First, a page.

Singapore's Commercial Affairs Department (CAD) and the Monetary Authority of Singapore (MAS) have jointly issued an advisory reminding consumers to be mindful of the potential risks of digital tokens and virtual currency-related investment schemes.
For instance, consumers should understand that they are higher risk of fraud when investing in schemes that operate online or outside Singapore. Since these operators do not have a presence in Singapore, it would be difficult to verify their authenticity and challenging to trace the scheme's operators if the scheme collapses. The recovery of invested monies may also be subject to foreign laws or regulations, which may not be the same as Singapore's.
Consumers should also consider the credibility of sellers, if there will be sufficient secondary market liquidity, and if the funds are misused for illegal activities such as money laundering before committing to digital tokens or related schemes, advised MAS.
The advisory was issued after MAS recently announced that it will regulate the offer or issue of digital tokens in Singapore if the digital tokens constitute products regulated under the Securities and Futures Act (Cap289) (SFA).
A digital token is a cryptographically-secured representation of a token-holder's rights to receive a benefit or to perform specified functions. This means that besides being just a virtual currency, digital tokens may be used to represent ownership or a security interest over the token seller's assets or property, or a debt owed by the seller.
Since these other functions fall under the SFA, issuers of such tokens would be required to lodge and register a prospectus with MAS before offering such tokens, unless exempted.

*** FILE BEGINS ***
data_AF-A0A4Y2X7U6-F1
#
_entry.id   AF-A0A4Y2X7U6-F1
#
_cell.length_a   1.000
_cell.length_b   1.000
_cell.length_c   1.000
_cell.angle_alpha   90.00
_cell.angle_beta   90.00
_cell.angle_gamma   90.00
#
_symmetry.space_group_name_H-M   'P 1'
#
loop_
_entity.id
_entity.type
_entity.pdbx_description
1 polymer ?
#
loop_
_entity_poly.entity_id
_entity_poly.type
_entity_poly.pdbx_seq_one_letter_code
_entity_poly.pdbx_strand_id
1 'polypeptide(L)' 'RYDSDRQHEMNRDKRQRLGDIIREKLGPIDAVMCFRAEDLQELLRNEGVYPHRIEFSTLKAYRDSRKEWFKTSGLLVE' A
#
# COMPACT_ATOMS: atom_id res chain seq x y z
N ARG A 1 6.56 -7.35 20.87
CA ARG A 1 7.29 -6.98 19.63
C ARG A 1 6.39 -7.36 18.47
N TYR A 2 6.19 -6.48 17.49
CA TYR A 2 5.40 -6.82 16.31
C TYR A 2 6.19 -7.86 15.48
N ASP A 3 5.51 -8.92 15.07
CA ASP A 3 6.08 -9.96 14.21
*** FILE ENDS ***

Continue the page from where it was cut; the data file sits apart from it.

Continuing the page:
Issuers or intermediaries of such tokens would also be subject to licensing requirements under the SFA and Financial Advisers Act (Cap. 110), unless exempted, and the applicable requirements on anti-money laundering and countering the financing of terrorism.
Moreover, platforms facilitating secondary trading of such tokens would also have to be approved or recognised by MAS as an approved exchange or recognised market operator respectively under the SFA.
According to MAS, this move aims to counter digital tokens' vulnerability to money laundering and terrorist financing risks due to the anonymous nature of the transactions, and the ease with which large sums of monies may be raised in a short period of time.
Since the types of digital tokens offered in Singapore and elsewhere vary widely, MAS advises all issuers of digital tokens, intermediaries facilitating or advising on an offer of digital tokens, and platforms facilitating trading in digital tokens to seek independent legal advice to ensure they comply with all applicable laws, and consult MAS where appropriate.